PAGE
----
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Zoning changes to preserve Pike/Pine, open up First Hill development move forward

A tandem of legislation approved this morning by the Seattle City Council’s planning, land use and neighborhoods committee will pave the way for progress in establishing an effective preservation zone for Capitol Hill’s Pike/Pine neighborhood and defuse a development situation that had been threatening to disrupt the new zoning. It could also open up opportunities to put an empty lot at south end of Broadway to use as a public space connecting Capitol and First Hills. The bills now go to the full council for a vote on Monday, June 29.

The committee is chaired by Sally Clark and includes Councilmembers Tom Rasmussen and Tim Burgess.

The first piece of legislation is the Pike/Pine overlay zoning rules (council bill info) designed to preserve and encourage Pike/Pine’s historical character by creating both restrictions and incentives for developers to incorporate some of the neighborhood’s unique old buildings into their redevelopment plans. Its ammendments continue to refine the new zoning rules but its main thrusts remain intact:

  • Promoting mixed-use development
  • Keeping new development compatible and in the scale of the neighborhood
  • Encouraging small, diverse local businesses 
  • Saving older buildings of character 
  • Retaining and attracting arts and cultural uses.

First Hill’s First Baptist Church

The second piece of legislation approved by the committee this morning will likely have the most immediate impact by breaking a logjam that pitted the needs of a major area employer against the desires to extend the preservation overlay to buildings on the south edge of Pike/Pine.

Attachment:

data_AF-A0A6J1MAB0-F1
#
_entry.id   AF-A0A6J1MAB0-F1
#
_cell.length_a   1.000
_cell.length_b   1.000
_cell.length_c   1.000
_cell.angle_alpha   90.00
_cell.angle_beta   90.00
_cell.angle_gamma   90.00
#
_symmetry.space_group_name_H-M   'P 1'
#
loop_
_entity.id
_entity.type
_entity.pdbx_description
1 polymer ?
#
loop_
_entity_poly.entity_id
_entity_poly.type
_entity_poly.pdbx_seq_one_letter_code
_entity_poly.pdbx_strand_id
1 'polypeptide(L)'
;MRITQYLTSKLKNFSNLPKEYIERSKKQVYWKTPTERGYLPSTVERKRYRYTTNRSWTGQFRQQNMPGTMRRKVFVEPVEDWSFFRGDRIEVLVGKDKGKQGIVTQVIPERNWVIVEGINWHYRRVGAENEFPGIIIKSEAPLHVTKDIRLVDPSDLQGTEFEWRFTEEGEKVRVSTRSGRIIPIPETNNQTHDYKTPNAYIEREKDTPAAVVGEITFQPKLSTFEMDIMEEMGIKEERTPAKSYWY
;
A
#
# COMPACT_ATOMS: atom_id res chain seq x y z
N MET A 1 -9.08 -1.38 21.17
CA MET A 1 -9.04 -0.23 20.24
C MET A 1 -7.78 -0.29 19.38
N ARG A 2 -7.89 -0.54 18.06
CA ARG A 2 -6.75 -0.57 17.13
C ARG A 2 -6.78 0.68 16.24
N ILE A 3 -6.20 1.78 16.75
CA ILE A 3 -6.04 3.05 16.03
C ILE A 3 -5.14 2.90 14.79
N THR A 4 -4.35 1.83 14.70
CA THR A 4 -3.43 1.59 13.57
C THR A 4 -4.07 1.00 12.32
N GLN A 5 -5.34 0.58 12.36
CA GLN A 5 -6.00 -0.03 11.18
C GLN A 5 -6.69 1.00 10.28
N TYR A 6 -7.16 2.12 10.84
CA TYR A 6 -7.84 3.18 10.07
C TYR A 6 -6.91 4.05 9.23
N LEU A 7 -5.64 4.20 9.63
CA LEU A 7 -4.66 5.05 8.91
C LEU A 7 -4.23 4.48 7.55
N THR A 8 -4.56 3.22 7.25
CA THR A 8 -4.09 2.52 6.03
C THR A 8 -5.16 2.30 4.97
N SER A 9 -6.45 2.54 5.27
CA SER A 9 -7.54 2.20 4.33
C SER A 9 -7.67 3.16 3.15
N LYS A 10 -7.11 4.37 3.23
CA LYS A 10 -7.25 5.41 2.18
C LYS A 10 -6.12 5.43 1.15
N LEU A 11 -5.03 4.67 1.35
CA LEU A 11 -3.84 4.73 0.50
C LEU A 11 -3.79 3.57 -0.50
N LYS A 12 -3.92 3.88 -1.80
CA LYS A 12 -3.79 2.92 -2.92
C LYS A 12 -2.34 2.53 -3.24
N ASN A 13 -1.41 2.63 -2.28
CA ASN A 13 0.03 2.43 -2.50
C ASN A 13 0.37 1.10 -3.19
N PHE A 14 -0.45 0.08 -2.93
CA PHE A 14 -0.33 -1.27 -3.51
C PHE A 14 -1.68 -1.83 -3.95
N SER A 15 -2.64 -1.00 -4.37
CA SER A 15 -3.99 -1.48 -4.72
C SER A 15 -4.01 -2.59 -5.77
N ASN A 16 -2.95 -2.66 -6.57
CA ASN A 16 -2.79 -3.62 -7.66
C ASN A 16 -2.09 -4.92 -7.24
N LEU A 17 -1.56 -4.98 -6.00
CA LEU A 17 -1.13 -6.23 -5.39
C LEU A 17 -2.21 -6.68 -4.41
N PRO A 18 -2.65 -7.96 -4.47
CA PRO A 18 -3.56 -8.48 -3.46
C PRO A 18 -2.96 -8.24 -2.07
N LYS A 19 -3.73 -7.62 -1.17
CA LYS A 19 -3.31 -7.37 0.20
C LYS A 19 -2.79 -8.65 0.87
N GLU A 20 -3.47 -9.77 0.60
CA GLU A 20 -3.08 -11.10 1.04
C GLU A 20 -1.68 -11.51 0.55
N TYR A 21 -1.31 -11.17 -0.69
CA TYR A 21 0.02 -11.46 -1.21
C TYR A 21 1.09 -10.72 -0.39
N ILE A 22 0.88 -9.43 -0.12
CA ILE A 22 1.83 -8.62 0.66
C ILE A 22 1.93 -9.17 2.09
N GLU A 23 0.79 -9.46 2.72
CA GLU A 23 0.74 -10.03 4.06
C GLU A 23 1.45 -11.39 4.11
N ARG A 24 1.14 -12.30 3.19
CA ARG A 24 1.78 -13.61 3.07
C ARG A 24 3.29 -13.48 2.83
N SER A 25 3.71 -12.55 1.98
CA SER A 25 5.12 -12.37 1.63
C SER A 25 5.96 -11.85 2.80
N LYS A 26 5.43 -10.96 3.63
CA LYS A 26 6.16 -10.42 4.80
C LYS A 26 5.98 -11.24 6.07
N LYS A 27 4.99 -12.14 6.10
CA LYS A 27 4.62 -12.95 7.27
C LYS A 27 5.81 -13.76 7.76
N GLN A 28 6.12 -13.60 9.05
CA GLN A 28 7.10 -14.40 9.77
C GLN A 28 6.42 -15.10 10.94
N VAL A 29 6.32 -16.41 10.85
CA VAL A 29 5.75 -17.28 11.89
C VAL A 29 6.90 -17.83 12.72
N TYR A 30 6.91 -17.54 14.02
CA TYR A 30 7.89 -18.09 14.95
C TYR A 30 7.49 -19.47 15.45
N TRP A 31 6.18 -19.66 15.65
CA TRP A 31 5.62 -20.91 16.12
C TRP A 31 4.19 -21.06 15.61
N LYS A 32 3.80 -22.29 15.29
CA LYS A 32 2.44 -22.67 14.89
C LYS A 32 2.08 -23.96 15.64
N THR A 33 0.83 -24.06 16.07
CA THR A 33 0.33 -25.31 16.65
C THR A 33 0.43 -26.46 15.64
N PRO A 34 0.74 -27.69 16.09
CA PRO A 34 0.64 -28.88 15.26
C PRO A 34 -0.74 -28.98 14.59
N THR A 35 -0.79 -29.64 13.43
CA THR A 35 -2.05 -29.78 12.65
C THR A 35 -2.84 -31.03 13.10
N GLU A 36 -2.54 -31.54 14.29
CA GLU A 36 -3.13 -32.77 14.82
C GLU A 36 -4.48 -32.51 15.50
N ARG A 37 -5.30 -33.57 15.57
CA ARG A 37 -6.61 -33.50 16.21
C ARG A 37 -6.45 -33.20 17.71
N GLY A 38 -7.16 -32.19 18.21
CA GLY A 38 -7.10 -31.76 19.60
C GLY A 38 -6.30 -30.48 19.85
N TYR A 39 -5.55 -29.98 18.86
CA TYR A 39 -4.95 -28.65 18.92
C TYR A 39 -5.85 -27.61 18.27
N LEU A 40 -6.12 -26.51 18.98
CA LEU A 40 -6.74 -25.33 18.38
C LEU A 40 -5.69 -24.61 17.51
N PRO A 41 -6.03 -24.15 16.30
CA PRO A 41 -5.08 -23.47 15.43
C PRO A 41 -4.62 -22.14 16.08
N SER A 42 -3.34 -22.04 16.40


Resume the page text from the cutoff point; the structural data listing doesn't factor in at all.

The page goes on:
Last year, in desperate need of space to build a new clinic in the area, The Polyclinic purchased land and an old building at the corner of Broadway and Union. That lot is currently home to the Complete Automotive Building. “We purchased that spot to preserve our options,” Polyclinic spokesperson Tracy Corgiat told CHS in May. “We need to grow. We’ve outgrown our current building.”

But the Polyclinic’s plans to tear down the building and build a new facility on the lot would be foiled if the new Pike/Pine overlay rules aren’t amended to allow larger commercial developments in the area where the lot is located.

Lloyd David, the Polyclinic’s executive director, had asked that the Council exclude the Complete Automotive parcel at 1158 Broadway from any zoning changes because the clinic’s plans were based on previous – rather current – zoning.

But the Polyclinic has another option for expansion. In May, Corgiat said the Polyclinic’s first choice for a relocated facility is at property the clinic owns adjacent to the Seattle First Baptist Church at Seneca and Boylston (labeled “” in the map on this post).

The First Hill Highrise Zones legislation (council bill info) would permit construction of large medical services developments in zones like the First Hill area the Polyclinic owns. With the new First Hill legislation, Corgiat says the Polyclinic is hopeful it will be able to put plans it has been working on for years to use developing a new facility on First Hill. “We’re really pleased because it impacts our ability to potentially develop that site,” Corgiat told CHS on Tuesday. “It’s been a nice change of pace.”

The odd-shaped lot is home to strange weeds, broken bottles

One additional byproduct of the new zoning rules is the potential reclaiming of the sad, long-empty lot near Broadway and Madison and the potential development of a new pedestrian and retail area near Seattle University.

Betsy Hunter of Capitol Hill Housing is hopeful that the empty lot near Broadway and Madison will now be put to use.

“That strange shaped lot could be landscaped with a staircase to bring pedestrians up to First Hill,” Hunter said. “A plaza could be created across from Seattle University with a pedestrian area to walk though a landscaped courtyard before entering the new building with parking for the church and the Polyclinic, retail, offices and housing. All of it could happen with partnerships and the rezone,” Hunter said.

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11 years ago

Wow, I would really applaud the city if this all worked out like that. This has been a contentious issue for some time now and I’m amazed they found an “everyone wins” solution.